Furthermore, the biblical principle of neighbor-love would seem to demand such activity, especially in the twentieth century with states too large and complex for private charity to adequately meet human need. Nevertheless, the primary purpose remains the role of guaranteeing justice, protecting people from malicious harm. Most contemporaries value freedom of personal choice so highly that any governmental restrictions beyond the minimal needed for protection of human rights is resisted in situations where resistance is a viable option. When government expands, either to control evil or to promote human welfare, it does so at the expense of human freedom.
Providing Freedom. The Bible has much to say about freedom, but not about political freedom. It speaks of freedom from sin (Rom. 6:14-23); from the power of darkness (Col. 1:13); from bondage to Satan (John 12:30-33); from the Mosaic law (Rom. 7:6; Gal. 2:4; 4:5, 21; 5:1); and from bondage to death (Rom. 8:21-23). There is a glorious freedom in Christ (John 8:32, 36); for where the Spirit of the Lord is, there is freedom (1 Cor. 3:17). Biblical freedom is spiritual, not a general, absolute, abstract, philosophical concept, but freedom from something very specific: freedom from sin.
No one is free in any ultimate sense, then. He may be free, for the time being, from the authority of God’s law, but this means he is a slave of sin. On the other hand, if Christ has set him free from the penalty and authority of sin, this is only because he has chosen to put himself completely under the authority of Christ. Every person’s freedom to do what he pleases is drastically limited by his finitude, his sin, and the circumstances of life that are beyond his control. So freedom is relative. When we speak of freedom or liberty, we should always define it, qualify it: What sort of freedom? Freedom from what?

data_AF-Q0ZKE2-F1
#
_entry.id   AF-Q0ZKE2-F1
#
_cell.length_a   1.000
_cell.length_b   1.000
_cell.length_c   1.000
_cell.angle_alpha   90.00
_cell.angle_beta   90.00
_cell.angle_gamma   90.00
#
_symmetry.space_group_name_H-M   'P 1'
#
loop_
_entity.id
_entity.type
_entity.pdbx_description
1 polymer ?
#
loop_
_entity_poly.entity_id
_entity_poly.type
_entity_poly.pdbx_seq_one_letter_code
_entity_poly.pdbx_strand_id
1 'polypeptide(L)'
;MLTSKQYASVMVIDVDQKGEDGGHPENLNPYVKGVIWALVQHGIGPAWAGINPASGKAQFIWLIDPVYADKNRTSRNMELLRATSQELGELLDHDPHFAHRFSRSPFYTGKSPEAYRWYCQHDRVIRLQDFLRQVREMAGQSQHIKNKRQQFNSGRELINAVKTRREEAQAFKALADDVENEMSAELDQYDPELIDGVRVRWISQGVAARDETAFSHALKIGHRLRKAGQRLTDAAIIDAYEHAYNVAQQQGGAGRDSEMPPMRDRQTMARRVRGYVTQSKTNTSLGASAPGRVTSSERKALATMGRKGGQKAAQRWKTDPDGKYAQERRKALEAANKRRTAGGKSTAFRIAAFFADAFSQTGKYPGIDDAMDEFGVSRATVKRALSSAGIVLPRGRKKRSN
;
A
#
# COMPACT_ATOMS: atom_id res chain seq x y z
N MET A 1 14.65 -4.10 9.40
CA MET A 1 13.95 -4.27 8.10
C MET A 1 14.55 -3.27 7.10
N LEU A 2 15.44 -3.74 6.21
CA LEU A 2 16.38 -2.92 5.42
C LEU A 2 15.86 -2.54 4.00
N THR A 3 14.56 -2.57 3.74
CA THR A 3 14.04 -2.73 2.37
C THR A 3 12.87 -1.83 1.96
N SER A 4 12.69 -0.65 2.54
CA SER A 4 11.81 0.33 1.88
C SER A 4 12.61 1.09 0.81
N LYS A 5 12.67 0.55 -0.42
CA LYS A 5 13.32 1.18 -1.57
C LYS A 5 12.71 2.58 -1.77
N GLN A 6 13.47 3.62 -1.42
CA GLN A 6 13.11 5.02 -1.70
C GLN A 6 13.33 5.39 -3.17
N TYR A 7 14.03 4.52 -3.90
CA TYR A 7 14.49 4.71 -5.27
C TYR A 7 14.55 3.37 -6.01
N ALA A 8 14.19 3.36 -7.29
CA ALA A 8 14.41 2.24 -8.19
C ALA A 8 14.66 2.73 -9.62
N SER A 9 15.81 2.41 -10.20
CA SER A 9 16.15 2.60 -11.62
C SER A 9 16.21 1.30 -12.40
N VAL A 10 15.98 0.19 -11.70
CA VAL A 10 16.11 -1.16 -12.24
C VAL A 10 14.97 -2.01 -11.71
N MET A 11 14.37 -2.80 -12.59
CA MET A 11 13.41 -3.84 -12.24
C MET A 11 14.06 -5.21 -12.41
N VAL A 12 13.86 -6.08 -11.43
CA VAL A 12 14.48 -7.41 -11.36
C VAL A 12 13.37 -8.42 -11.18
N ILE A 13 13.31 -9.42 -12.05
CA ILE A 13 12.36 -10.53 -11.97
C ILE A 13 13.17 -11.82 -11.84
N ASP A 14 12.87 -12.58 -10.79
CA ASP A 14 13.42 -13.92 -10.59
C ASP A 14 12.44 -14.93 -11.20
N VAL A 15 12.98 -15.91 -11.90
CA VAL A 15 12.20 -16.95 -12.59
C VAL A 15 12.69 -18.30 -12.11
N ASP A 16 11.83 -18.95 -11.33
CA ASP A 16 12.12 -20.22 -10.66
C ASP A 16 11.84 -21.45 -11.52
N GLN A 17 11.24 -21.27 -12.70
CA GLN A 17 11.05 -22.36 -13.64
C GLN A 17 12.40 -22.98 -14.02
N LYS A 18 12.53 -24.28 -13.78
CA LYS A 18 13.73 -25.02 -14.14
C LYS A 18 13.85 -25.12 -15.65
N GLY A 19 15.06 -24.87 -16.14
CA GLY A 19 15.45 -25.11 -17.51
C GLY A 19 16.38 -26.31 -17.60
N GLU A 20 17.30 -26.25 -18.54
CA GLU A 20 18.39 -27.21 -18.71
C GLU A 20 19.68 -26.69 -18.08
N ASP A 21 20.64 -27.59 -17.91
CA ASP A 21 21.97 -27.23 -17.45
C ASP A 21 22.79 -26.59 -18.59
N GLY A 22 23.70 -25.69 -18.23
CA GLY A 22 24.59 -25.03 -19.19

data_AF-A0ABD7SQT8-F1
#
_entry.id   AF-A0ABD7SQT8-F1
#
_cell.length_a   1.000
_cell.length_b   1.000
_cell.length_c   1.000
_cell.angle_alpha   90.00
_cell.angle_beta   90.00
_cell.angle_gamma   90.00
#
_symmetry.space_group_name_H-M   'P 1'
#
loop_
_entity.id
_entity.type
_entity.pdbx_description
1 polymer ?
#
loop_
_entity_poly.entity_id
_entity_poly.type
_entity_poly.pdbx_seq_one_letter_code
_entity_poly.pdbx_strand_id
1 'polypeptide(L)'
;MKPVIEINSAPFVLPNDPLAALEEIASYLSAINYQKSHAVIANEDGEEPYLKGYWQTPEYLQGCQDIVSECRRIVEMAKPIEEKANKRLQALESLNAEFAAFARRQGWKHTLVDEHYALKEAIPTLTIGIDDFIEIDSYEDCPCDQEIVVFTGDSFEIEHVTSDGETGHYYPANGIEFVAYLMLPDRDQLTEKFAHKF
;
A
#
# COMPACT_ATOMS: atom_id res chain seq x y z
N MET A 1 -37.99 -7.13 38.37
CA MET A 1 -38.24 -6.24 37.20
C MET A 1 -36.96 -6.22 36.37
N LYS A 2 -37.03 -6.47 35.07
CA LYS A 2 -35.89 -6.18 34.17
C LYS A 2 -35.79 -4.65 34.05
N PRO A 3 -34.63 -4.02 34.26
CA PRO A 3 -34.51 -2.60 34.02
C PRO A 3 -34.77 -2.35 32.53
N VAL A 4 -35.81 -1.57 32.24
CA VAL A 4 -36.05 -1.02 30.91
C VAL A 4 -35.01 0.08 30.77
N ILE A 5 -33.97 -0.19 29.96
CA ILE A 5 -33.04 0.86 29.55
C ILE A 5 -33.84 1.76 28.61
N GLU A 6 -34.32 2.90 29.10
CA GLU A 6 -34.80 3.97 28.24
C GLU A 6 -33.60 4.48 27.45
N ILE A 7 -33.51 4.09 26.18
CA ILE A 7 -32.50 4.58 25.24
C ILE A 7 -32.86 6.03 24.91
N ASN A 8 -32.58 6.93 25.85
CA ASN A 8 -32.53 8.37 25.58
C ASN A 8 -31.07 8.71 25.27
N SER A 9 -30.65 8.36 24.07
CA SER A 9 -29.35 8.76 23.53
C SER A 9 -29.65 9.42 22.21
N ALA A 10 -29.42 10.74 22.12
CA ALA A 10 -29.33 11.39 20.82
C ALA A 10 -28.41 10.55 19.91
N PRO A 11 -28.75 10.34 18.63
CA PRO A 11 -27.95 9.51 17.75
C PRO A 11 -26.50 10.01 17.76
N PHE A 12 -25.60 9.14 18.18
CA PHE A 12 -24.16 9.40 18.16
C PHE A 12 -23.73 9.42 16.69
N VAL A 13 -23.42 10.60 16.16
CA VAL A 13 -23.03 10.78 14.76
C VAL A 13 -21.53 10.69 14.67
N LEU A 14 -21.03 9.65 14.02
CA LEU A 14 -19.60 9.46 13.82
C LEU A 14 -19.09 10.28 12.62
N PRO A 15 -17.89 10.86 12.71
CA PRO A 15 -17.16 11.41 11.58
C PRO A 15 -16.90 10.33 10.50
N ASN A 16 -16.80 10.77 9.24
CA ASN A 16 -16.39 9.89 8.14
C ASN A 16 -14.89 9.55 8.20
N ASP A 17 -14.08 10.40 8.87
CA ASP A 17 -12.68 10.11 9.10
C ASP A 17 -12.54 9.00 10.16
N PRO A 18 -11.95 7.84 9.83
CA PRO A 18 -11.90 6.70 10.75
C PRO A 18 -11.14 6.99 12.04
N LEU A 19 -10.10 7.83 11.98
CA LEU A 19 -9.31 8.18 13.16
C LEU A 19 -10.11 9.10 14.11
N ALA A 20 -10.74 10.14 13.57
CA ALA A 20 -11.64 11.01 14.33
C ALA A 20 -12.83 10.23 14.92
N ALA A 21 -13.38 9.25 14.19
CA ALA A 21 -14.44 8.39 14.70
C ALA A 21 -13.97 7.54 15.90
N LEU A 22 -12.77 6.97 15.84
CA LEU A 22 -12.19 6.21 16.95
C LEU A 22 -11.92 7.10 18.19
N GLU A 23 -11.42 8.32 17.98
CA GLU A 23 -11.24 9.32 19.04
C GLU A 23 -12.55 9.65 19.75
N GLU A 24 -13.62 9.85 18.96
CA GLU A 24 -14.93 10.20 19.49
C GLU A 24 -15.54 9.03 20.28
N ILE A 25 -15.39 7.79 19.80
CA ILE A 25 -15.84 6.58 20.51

Spiritual freedom, for example, is not license to do what I please, but ability to do what I ought. In the political realm, also, liberty is not an absolute, God-ordained right. Freedom cannot be absolute, for my freedom to do as I please will sooner or later run into your freedom to do as you please. No two people could possibly have absolute freedom simultaneously unless they perfectly willed the other’s good, and that, in a fallen world, is not a possibility. If by “freedom of choice” we mean that people should be allowed to use their free will to make either an ethical or an unethical decision, without suffering for choosing unethically, we are engaged in an absurdity that, if carried to its logical conclusion, would put an end to public law.